A/N: So, this is for tsttoain, who asked if I could write something Matt and Perri centric. I'd never really planned on writing for Perri, so it was interesting to try and get inside her head. I hope you enjoy it.

The World According to Perri

The world, according to Perri Lawe, has always been a bright and glittering place. It sparkled with promise and beauty. But sometimes, things that are bright and glittering hide the truth underneath.

At age six, Perri's father gave her the first piece of expensive sparkly jewelry she ever owned. It was a dolphin on a thin chain. And she wore it every single day. The little girls at school oohed and ahhed over it, impressed that she got a piece of "big kid" jewelry, not stick-on earrings or cheap plastic bracelets. Perri would let the dolphin flash, she'd smile with her pointy little white teeth, and she'd bask in the adoration of her public.

It was the first time Perri ever felt like a princess. And she soaked it up.

Because as long as she could remember, expensive presents, like jewelry and designer scarves, had been what her father would bring home for her mother, showering her in commercial affection. And so, Perri, in her very mature six years, associated that necklace with her father's love.

What Perri would realize much later was that her father showered her mother with expensive presents only after making large mistakes: staying too late at the office, missing important dinner parties, forgetting anniversaries, his eyes lingering just a little too long on his assistant. The gifts weren't just tokens of his affections, but apologies wrapped up in shiny paper.

By age 12, she had outgrown the chain of the necklace, and rather than get a new one, she left it forgotten at the back of one of the many jewelry boxes her father had given to her growing up. As much as she still loved the sparkle and the expense, she had two new loves: boys and clothes.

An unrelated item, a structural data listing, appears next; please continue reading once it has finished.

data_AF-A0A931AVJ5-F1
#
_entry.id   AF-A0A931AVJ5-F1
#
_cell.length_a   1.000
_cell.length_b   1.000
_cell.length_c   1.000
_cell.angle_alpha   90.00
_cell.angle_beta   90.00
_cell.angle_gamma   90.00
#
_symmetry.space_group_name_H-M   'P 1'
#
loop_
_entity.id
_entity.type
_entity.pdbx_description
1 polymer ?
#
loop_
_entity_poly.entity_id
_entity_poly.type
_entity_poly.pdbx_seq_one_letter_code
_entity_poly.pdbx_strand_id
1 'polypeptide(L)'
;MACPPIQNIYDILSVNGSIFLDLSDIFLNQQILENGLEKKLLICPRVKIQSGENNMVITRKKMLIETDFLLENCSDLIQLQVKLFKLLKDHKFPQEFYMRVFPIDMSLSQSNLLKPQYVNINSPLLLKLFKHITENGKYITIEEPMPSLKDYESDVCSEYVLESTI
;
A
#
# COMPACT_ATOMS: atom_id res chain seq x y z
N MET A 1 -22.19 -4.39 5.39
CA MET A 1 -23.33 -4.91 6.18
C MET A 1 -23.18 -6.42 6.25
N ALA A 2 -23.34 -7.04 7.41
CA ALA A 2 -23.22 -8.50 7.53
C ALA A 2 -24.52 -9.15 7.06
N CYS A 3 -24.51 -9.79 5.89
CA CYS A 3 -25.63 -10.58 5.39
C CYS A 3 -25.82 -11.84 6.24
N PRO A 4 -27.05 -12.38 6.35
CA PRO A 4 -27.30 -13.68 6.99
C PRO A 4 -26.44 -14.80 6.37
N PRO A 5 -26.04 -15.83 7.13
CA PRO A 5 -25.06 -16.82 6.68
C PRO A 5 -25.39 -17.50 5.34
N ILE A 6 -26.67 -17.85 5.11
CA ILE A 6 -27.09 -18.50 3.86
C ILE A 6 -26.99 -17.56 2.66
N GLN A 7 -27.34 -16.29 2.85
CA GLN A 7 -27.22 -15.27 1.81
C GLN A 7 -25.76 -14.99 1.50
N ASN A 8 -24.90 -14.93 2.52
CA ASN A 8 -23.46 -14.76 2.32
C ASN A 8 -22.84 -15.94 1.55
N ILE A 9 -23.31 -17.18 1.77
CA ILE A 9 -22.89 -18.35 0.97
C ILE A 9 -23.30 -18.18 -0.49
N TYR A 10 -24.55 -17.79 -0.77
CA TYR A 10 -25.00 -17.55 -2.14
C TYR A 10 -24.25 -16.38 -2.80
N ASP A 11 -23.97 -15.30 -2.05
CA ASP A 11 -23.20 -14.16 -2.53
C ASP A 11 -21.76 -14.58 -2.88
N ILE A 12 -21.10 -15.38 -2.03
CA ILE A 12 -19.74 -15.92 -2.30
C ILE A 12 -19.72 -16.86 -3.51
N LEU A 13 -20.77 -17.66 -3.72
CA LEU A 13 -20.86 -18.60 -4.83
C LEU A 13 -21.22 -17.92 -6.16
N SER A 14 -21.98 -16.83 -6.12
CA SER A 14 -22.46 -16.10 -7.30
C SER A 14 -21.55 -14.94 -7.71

Clothes were an easy love to embrace. She was quick to flip through fashion magazines, scope out the newest additions to all of her favorite stores (and there were many), and getting a credit card out of her all to happy to indulge her father was probably the easiest part of all. She filled her closet, actually she filled two of them, with all the latest and most expensive clothes she could. Shopping always put her in a great mood.

And when there were bad moods, it was all too easy to pull that thin strip of plastic out of her wallet and hand it over to any cashier in sight. When she did poorly on a test, she got a new pair of shoes. When a crush liked someone else better than her, which rarely happened, she went for earrings. When her father didn't show up to a dance competition or a talent show, she bought herself a new skirt. It was a system she kept up for more than three years, when her credit card suddenly reached its unreachable limit.

Boys were even easier. For the most part, all she had to do was give a coy smile, throw her hair over her shoulder, maybe even give a short laugh, and she could have them eating out of the palm of her hand. Boys were predictable. They developed fixations on the prettiest girls, the girls at the top of the popularity pyramid, and the girls who appeared unattainable. So, Perri made sure she was all of those things. She worked on her tan, highlighted her hair, learned what clothes looked best on her, snagged herself a spot with the most popular of the popular, and did her best to play it cool when she was flirting. And those skills were so honed over the course of her next couple of years, that she was a champion dater.

The only thing was, guys came and go. She got bored. There was never anyone who could hold Perri's interest for long. And she had a feeling she didn't hold the interest of too many boys much longer than the initial two weeks of their courtship either. Most boys didn't want to look past the shiny happy package to get to know the Perri underneath. The Perri who tried so hard to ace her exams, but never seemed to rank at the top of the class. Or the Perri who was so starved for approval that she spent two hours trying to make sure she looked absolutely perfect in the morning. No, that Perri was someone just for her.